New Mexico food tax passes state Senate

By Caroline Scott-Thomas

- Last updated on GMT

Related tags: Bread, Maize

The state Senate of New Mexico has voted to implement a food tax that applies to nearly 40 percent of foods sold in the state in order to help balance the state’s budget.

Included are taco shells, candy and soda, and perhaps most controversially, white flour tortillas, one of the most commonly consumed foods in New Mexico.

However, the tax would be exempt from foods that are listed by the Health Department as available to members of the state’s nutrition program for women, infants and children, known as the WIC program. The WIC card is available to women, infants and children with earnings at least 185 percent below the poverty line.

That includes staple foods such as meat, poultry, fish, bread, cereal, vegetables, fruits or dairy products, and any foods that are covered by the Supplemental Nutrition Assistance Program (also known as SNAP or the food stamp program) would remain tax-exempt.

Senator John Arthur Smith (D) told KRQE News: “We look at it basically as closing loopholes and encouraging nutritional diets.”

The bill, which still has to go to the House, has angered opponents who claim that it does tax foods that are considered staples in the state, including white bread, red chilies and white flour tortillas, an inclusion that has led to the bill being dubbed a ‘tortilla tax’.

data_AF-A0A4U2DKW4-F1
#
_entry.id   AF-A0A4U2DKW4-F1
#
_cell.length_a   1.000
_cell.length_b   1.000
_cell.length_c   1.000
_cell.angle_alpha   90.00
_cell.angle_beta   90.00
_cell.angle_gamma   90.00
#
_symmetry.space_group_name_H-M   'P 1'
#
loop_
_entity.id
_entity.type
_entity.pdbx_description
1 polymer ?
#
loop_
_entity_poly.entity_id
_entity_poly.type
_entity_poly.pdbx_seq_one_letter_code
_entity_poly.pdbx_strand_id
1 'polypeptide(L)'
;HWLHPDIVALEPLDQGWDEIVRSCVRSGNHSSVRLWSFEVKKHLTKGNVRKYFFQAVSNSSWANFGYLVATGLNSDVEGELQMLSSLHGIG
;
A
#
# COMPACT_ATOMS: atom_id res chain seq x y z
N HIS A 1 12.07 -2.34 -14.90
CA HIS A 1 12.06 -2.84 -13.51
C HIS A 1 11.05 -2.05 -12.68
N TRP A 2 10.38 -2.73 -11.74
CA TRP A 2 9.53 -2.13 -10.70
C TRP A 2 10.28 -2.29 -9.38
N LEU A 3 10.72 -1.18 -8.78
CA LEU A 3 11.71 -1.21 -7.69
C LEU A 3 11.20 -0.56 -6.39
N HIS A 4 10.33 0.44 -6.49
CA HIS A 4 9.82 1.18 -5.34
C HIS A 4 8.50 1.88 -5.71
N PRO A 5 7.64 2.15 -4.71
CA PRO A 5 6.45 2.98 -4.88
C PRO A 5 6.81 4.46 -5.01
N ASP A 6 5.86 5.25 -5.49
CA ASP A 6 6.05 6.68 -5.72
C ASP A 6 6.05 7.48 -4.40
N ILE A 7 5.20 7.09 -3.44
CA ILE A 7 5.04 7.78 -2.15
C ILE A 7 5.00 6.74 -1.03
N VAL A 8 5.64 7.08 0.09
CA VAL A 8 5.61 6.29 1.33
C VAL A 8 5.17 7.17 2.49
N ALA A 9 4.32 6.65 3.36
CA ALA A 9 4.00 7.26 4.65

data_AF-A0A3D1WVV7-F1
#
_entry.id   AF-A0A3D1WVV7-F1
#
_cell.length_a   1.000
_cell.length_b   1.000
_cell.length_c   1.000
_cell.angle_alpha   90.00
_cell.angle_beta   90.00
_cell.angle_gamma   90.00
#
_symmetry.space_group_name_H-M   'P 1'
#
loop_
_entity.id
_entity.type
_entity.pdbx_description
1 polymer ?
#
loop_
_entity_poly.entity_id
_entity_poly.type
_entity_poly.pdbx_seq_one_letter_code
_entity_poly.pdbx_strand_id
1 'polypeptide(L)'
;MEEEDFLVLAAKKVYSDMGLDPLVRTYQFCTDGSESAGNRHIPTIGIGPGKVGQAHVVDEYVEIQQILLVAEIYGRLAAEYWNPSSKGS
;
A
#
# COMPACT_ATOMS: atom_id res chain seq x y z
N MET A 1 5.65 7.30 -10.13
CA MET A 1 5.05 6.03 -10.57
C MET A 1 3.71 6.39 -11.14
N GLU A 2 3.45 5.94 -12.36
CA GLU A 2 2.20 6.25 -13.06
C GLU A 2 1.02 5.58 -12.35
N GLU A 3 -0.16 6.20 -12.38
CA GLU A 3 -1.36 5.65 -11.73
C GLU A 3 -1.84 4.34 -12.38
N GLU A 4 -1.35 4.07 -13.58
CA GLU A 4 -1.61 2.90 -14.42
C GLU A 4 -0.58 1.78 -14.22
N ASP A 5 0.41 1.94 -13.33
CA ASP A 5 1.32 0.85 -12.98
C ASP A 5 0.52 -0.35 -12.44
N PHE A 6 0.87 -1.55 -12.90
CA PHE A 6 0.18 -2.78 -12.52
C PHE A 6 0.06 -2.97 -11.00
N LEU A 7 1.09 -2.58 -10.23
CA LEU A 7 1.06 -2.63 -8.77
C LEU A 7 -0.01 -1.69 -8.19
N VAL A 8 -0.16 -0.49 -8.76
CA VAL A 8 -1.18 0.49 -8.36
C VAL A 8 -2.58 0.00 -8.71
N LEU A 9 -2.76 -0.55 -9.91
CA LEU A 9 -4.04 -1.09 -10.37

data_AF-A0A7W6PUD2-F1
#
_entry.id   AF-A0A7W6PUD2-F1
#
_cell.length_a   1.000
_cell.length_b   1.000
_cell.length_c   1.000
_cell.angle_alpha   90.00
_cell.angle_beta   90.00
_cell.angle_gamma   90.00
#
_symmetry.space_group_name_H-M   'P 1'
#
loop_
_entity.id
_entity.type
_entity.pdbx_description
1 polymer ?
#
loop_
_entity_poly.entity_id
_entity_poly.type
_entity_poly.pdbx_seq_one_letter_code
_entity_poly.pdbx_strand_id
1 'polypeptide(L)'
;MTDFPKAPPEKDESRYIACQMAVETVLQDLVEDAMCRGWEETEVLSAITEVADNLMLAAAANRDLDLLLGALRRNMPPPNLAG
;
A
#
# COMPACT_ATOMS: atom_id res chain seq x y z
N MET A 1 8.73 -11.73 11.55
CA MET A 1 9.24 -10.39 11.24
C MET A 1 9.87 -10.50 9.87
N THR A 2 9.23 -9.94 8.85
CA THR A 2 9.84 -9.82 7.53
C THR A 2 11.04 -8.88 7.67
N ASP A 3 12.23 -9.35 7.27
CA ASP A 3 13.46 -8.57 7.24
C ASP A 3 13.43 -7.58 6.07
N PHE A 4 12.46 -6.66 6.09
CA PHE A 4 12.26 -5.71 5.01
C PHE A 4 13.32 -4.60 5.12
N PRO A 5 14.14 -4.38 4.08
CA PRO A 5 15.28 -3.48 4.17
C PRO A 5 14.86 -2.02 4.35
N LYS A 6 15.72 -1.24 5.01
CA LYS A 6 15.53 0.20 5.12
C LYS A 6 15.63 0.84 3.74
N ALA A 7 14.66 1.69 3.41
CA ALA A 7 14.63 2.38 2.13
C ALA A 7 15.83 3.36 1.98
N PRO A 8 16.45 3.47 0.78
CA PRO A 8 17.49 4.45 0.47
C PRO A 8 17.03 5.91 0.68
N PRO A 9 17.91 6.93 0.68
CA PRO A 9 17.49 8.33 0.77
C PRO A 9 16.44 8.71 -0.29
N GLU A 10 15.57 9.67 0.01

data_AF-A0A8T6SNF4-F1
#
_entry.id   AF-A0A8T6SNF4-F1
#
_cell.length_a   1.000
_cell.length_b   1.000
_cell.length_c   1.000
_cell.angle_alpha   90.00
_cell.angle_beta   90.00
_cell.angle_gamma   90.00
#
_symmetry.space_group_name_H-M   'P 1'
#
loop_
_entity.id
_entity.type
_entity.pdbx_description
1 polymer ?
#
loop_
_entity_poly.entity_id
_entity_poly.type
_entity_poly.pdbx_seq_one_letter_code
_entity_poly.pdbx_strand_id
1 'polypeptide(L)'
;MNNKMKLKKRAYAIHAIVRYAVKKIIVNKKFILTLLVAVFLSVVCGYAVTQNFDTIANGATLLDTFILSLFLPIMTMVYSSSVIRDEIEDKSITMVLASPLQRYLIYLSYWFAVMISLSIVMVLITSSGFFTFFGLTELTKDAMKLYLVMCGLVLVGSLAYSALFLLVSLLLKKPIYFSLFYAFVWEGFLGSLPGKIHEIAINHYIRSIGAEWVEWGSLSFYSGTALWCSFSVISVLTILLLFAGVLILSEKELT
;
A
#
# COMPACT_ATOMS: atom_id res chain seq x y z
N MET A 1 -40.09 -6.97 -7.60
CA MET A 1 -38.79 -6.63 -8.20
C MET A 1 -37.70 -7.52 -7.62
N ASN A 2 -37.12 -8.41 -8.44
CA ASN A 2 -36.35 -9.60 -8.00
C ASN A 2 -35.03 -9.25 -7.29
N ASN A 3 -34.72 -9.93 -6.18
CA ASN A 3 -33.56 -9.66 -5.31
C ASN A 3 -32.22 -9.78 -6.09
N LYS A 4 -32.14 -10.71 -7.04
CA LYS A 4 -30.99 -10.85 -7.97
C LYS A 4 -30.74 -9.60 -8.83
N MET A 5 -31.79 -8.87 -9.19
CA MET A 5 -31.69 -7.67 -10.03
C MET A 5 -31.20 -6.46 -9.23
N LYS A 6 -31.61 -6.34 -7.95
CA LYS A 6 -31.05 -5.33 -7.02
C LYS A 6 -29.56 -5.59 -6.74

According to the US Census Bureau’s 2008 Consumer Expenditure Survey statistics, ​about 39 percent of all foods sold in retail stores fall under the definition of food as defined in the bill.

The bill said that if it is implemented revenue from the gross receipts tax on food would be boosted from $2.97bn in fiscal year 2009, by about $138m in 2011 and $145m in 2012.

The measures are part of a $5.276bn state budget that passed the state Senate on Sunday morning, with the levy on food forming the largest part of new tax-raising measures.

Meanwhile funding to state agencies will be cut along with hundreds of state government jobs.

New Mexico is particularly susceptible to food insecurity, with 14.5 percent of the population qualifying as food insecure, meaning they are unsure where their next meal will come from, or are chronically hungry. Twenty percent of the state’s children regularly miss meals due to inadequate income, according to government figures.

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